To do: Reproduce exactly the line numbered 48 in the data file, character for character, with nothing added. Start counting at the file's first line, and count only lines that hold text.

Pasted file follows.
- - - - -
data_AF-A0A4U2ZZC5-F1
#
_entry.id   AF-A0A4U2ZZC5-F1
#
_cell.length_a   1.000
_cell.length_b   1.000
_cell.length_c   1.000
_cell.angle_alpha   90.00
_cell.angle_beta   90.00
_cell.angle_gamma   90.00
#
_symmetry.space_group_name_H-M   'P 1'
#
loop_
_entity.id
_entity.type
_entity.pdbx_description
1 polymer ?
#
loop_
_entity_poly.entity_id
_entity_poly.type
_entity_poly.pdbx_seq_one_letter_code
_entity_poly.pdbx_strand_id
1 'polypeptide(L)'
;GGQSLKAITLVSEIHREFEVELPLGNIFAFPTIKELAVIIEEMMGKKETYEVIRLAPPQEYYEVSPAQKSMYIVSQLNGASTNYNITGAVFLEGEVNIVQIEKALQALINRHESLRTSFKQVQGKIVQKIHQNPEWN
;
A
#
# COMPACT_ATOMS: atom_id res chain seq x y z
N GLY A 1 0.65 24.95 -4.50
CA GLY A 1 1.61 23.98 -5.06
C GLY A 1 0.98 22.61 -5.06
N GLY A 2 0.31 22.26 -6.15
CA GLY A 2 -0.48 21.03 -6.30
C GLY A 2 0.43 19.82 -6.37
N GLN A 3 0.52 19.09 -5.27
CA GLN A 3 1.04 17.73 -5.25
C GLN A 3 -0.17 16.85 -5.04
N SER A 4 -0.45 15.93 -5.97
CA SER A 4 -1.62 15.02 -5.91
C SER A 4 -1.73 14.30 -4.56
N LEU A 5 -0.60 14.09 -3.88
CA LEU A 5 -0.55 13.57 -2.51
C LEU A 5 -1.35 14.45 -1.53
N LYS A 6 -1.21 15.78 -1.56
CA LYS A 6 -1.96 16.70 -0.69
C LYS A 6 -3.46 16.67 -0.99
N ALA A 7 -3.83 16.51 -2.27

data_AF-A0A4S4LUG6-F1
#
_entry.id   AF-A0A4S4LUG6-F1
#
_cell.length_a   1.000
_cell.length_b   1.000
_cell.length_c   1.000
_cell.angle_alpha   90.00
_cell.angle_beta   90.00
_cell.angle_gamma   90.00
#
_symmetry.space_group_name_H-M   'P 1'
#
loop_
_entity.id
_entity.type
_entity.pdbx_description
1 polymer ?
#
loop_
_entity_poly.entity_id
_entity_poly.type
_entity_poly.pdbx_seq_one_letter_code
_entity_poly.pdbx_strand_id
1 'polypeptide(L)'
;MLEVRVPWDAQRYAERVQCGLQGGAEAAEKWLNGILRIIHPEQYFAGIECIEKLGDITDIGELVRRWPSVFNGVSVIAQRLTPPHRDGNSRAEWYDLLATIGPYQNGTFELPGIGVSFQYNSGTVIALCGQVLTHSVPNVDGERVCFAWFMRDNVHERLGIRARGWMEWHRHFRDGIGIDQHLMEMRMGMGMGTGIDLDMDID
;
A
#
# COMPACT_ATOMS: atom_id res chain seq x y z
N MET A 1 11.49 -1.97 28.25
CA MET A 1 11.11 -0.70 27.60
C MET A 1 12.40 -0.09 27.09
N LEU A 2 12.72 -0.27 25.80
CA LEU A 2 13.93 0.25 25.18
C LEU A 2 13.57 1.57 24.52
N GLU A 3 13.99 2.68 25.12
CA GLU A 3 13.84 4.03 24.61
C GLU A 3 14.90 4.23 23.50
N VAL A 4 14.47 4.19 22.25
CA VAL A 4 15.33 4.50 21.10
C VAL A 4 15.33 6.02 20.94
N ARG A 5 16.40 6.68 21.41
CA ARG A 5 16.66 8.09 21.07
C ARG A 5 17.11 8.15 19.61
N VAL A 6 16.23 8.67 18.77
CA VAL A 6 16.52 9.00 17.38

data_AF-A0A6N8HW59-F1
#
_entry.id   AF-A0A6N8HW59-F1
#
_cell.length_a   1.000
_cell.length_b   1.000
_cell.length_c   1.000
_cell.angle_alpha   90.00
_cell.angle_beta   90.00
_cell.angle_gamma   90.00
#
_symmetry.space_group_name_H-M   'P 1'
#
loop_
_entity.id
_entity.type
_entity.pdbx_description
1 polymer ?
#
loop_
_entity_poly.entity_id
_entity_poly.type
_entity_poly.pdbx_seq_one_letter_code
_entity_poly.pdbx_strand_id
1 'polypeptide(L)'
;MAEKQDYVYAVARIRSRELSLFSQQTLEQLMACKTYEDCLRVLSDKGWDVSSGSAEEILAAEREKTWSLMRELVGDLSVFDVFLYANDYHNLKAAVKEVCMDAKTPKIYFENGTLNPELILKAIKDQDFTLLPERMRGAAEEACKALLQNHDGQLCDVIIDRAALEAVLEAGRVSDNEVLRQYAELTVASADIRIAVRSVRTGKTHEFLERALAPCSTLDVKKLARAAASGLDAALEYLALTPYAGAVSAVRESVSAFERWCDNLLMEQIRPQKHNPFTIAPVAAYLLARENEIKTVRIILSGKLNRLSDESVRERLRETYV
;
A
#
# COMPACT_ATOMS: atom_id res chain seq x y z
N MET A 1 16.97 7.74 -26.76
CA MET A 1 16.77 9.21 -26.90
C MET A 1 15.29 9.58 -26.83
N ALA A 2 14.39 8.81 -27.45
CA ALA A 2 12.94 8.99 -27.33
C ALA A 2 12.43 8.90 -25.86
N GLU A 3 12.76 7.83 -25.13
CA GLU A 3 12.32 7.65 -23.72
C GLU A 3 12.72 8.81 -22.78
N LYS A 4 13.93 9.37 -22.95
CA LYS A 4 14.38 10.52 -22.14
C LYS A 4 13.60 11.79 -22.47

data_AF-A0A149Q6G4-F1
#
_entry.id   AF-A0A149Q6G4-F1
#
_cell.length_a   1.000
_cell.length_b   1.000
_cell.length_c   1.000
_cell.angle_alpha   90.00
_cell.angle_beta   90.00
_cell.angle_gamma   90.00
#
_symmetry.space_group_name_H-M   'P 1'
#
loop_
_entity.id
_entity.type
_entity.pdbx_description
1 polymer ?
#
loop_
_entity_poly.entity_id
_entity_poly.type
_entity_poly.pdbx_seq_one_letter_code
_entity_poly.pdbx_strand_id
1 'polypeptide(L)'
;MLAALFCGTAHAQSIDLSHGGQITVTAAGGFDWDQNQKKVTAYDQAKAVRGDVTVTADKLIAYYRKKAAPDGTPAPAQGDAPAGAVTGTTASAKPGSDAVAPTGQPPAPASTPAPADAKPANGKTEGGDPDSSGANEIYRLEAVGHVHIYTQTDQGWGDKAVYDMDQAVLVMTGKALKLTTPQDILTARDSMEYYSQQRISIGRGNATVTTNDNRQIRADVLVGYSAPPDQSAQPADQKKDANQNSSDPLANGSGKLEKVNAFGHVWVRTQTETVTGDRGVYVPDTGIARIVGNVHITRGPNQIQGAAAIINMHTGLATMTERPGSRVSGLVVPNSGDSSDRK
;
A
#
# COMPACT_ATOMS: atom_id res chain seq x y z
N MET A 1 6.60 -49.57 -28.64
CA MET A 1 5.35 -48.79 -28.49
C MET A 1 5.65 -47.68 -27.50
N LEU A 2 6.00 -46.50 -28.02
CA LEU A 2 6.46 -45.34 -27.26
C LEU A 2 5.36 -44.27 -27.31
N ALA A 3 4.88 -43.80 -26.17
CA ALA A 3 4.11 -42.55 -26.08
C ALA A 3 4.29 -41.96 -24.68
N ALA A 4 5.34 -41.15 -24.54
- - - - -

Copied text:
C LYS A 6 -3.46 16.67 -0.99